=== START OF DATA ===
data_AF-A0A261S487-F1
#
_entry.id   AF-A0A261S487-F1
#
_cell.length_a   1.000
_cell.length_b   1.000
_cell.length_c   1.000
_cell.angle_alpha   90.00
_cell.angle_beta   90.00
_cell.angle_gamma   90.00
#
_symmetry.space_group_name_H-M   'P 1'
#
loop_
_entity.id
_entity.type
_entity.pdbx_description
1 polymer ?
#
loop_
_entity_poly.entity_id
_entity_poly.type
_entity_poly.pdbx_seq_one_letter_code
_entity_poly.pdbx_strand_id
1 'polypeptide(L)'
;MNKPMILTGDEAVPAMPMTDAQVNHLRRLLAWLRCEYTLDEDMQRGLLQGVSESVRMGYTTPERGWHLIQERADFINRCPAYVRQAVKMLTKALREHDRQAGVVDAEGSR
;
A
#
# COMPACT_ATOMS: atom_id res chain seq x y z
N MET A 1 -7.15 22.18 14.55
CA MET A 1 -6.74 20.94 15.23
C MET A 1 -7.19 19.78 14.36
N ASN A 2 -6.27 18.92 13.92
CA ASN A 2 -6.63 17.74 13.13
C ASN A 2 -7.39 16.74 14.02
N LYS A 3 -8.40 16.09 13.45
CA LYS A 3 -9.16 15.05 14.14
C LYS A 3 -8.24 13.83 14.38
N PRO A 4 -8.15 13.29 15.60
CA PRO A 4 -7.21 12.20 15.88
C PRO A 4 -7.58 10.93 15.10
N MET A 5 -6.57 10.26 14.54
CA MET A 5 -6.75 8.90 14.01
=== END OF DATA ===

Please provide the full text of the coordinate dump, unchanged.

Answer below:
data_AF-A0A261S487-F1
#
_entry.id   AF-A0A261S487-F1
#
_cell.length_a   1.000
_cell.length_b   1.000
_cell.length_c   1.000
_cell.angle_alpha   90.00
_cell.angle_beta   90.00
_cell.angle_gamma   90.00
#
_symmetry.space_group_name_H-M   'P 1'
#
loop_
_entity.id
_entity.type
_entity.pdbx_description
1 polymer ?
#
loop_
_entity_poly.entity_id
_entity_poly.type
_entity_poly.pdbx_seq_one_letter_code
_entity_poly.pdbx_strand_id
1 'polypeptide(L)'
;MNKPMILTGDEAVPAMPMTDAQVNHLRRLLAWLRCEYTLDEDMQRGLLQGVSESVRMGYTTPERGWHLIQERADFINRCPAYVRQAVKMLTKALREHDRQAGVVDAEGSR
;
A
#
# COMPACT_ATOMS: atom_id res chain seq x y z
N MET A 1 -7.15 22.18 14.55
CA MET A 1 -6.74 20.94 15.23
C MET A 1 -7.19 19.78 14.36
N ASN A 2 -6.27 18.92 13.92
CA ASN A 2 -6.63 17.74 13.13
C ASN A 2 -7.39 16.74 14.02
N LYS A 3 -8.40 16.09 13.45
CA LYS A 3 -9.16 15.05 14.14
C LYS A 3 -8.24 13.83 14.38
N PRO A 4 -8.15 13.29 15.60
CA PRO A 4 -7.21 12.20 15.88
C PRO A 4 -7.58 10.93 15.10
N MET A 5 -6.57 10.26 14.54
CA MET A 5 -6.75 8.90 14.01